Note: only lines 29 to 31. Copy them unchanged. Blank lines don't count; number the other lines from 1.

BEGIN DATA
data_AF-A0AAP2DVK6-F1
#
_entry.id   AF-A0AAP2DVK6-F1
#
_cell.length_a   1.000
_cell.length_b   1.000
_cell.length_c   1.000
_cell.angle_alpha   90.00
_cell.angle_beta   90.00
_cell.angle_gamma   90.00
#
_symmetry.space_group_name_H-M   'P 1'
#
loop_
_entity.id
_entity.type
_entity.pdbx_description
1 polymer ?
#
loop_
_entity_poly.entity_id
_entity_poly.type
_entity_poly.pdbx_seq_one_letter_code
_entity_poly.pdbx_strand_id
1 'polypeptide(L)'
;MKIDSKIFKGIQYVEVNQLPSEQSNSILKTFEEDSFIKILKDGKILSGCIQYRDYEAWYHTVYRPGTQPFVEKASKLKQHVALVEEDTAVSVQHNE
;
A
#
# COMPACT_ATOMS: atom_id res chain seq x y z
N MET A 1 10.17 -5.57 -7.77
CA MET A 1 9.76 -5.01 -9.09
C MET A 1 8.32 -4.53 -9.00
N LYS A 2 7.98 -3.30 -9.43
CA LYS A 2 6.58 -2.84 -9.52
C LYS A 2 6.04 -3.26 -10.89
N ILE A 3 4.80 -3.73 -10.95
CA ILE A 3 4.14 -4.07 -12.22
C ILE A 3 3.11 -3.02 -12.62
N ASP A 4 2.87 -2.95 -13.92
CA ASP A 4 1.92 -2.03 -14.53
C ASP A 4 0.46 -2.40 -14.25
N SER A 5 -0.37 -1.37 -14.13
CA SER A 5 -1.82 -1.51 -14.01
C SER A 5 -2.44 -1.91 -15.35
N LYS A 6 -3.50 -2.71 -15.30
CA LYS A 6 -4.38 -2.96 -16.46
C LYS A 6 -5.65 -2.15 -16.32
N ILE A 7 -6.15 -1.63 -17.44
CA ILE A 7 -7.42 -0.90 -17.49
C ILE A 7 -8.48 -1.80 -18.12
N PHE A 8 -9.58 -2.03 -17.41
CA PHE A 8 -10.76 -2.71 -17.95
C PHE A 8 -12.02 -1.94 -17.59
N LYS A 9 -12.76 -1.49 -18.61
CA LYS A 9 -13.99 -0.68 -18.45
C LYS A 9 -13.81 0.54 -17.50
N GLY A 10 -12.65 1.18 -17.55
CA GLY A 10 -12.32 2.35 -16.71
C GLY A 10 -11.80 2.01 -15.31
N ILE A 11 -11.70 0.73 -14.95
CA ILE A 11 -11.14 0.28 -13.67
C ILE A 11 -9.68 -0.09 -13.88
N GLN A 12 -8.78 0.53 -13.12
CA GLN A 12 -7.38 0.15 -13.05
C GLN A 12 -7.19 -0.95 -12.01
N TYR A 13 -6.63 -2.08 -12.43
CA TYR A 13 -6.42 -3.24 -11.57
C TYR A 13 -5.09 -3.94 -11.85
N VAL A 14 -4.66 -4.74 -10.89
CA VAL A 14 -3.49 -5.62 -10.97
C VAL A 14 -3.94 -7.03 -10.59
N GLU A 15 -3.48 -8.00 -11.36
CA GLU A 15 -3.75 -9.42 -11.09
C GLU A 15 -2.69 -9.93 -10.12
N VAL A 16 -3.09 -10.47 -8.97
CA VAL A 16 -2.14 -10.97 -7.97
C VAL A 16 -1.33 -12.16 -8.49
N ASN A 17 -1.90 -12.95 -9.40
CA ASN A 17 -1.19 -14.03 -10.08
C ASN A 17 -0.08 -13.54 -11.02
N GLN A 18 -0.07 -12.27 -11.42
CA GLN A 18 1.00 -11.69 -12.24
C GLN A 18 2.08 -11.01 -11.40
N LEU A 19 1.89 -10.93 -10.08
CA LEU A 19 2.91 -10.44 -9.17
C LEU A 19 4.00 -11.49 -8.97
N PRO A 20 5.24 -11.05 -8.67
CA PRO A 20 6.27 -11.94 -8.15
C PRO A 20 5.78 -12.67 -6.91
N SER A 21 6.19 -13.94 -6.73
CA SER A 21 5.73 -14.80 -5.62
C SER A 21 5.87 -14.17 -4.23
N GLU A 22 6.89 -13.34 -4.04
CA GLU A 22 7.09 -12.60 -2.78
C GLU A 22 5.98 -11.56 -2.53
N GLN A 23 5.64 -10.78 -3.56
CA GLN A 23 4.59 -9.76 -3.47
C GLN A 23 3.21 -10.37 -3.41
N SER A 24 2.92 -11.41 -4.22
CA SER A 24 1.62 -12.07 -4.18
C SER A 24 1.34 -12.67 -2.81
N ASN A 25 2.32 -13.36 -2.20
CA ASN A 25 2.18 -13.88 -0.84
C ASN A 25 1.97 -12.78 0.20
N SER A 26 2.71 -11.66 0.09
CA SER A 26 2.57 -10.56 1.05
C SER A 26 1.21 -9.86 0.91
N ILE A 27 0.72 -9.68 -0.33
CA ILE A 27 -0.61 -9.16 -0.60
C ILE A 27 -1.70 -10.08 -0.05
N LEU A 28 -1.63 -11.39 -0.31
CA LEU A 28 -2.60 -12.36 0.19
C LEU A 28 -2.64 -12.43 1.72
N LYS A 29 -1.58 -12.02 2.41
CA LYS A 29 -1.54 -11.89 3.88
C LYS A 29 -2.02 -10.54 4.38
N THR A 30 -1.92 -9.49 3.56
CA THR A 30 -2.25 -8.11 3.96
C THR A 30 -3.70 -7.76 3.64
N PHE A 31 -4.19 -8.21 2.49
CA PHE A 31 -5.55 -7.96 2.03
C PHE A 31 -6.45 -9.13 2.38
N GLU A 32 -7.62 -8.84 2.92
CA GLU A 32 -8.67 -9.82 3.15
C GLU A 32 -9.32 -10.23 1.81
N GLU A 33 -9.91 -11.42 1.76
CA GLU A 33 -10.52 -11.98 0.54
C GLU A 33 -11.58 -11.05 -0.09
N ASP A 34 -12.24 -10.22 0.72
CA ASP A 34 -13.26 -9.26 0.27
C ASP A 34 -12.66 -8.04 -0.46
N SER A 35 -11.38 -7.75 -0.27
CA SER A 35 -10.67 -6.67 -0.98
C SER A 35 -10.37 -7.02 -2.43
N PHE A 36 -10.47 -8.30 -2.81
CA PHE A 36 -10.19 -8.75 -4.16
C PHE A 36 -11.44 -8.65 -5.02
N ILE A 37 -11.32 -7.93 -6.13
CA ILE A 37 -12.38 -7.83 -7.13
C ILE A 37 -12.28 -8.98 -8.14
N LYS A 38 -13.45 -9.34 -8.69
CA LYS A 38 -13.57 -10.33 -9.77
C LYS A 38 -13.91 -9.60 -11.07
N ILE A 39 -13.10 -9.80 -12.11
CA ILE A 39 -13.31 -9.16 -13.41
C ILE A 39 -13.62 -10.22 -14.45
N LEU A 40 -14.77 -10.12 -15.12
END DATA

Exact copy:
#
# COMPACT_ATOMS: atom_id res chain seq x y z
N MET A 1 10.17 -5.57 -7.77